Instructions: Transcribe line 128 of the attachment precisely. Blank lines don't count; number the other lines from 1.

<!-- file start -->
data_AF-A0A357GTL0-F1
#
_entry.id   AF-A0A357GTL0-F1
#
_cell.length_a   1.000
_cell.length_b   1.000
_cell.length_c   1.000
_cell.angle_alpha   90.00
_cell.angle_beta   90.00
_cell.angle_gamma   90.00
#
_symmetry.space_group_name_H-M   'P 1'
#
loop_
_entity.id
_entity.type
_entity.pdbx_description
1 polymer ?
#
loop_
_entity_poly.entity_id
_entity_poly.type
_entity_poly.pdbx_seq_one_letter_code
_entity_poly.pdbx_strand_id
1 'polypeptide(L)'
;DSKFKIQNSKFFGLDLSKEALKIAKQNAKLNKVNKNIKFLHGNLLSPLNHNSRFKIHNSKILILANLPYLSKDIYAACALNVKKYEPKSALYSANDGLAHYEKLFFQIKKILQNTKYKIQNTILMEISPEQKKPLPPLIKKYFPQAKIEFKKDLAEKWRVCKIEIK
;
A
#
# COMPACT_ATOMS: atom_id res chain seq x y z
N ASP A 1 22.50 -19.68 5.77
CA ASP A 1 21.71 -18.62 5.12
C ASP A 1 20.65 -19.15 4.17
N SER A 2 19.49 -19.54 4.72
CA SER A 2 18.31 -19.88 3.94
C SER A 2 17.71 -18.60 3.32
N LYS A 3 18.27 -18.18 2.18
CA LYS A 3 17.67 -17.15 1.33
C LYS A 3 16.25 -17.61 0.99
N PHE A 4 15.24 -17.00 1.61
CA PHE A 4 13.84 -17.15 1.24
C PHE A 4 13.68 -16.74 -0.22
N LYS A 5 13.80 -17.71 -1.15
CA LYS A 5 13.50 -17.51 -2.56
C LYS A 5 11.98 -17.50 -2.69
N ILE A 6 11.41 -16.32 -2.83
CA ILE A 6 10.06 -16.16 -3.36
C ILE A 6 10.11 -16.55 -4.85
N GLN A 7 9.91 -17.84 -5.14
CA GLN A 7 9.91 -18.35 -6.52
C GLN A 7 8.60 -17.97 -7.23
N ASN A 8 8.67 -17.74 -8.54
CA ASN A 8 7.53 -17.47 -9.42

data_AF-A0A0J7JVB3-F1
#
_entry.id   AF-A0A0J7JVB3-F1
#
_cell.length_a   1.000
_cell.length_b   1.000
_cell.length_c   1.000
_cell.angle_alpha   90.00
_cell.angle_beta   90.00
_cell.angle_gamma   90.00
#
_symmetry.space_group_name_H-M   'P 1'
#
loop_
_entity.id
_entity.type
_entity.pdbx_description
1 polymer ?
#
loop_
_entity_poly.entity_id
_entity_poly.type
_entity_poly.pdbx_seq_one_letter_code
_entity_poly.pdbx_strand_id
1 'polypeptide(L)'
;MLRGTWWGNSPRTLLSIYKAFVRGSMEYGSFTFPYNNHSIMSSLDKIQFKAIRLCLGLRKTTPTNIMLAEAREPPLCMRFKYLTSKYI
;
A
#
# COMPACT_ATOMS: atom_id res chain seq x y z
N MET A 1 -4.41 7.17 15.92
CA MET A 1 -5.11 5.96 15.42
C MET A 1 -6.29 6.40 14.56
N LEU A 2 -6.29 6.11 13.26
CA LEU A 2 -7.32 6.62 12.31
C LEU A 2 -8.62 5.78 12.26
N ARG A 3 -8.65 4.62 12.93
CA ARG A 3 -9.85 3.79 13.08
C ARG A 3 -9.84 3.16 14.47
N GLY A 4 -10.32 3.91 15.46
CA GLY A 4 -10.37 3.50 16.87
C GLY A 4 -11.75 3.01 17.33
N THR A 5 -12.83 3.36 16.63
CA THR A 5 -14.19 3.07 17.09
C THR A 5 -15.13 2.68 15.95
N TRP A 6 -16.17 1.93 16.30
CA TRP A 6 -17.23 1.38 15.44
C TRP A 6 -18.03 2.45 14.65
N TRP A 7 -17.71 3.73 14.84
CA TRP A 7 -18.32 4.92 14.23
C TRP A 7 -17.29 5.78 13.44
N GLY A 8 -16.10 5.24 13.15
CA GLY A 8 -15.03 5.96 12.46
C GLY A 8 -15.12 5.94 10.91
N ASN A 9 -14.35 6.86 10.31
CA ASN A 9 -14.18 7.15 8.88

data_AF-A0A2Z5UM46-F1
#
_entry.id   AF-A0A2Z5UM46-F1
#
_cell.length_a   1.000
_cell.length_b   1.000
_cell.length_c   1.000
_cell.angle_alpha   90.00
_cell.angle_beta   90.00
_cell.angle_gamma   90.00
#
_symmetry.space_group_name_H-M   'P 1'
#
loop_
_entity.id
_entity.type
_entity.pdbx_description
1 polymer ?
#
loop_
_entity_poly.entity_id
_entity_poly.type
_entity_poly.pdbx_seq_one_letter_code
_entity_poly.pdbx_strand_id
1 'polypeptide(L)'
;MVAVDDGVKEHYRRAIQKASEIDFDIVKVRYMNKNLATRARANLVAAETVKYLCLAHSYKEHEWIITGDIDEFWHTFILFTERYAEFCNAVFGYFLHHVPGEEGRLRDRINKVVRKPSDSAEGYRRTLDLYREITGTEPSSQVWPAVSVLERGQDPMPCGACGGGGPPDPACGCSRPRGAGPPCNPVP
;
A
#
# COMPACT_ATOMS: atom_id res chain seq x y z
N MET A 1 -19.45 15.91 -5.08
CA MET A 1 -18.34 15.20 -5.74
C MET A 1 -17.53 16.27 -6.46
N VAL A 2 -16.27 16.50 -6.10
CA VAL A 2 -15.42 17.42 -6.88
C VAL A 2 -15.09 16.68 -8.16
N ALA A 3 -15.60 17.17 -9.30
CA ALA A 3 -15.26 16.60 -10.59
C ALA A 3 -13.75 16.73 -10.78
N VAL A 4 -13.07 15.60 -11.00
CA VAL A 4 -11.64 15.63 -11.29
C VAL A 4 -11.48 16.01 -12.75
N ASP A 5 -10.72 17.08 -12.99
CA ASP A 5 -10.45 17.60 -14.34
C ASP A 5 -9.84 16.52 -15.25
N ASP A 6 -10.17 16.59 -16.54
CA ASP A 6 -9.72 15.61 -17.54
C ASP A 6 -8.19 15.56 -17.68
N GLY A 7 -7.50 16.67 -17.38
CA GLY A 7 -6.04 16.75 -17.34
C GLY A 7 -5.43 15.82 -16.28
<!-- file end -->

#